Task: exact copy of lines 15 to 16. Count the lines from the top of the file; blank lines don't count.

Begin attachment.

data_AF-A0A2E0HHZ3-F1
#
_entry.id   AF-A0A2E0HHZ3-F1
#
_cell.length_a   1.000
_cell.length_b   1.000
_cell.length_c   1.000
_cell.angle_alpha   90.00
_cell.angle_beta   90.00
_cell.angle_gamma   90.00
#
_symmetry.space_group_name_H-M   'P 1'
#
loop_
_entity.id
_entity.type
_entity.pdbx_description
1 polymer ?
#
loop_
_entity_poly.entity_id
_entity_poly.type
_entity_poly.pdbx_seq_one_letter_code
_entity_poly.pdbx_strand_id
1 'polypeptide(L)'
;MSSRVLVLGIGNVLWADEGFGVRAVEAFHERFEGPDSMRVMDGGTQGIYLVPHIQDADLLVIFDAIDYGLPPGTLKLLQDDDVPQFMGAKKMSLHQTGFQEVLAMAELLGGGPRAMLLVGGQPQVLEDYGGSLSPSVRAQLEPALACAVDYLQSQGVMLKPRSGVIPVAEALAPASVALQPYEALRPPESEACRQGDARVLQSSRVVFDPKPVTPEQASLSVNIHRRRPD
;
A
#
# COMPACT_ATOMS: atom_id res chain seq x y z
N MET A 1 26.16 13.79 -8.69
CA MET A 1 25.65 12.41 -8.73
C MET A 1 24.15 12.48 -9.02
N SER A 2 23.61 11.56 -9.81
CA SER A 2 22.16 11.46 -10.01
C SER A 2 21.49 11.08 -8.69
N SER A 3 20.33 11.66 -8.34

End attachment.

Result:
_entity.id
_entity.type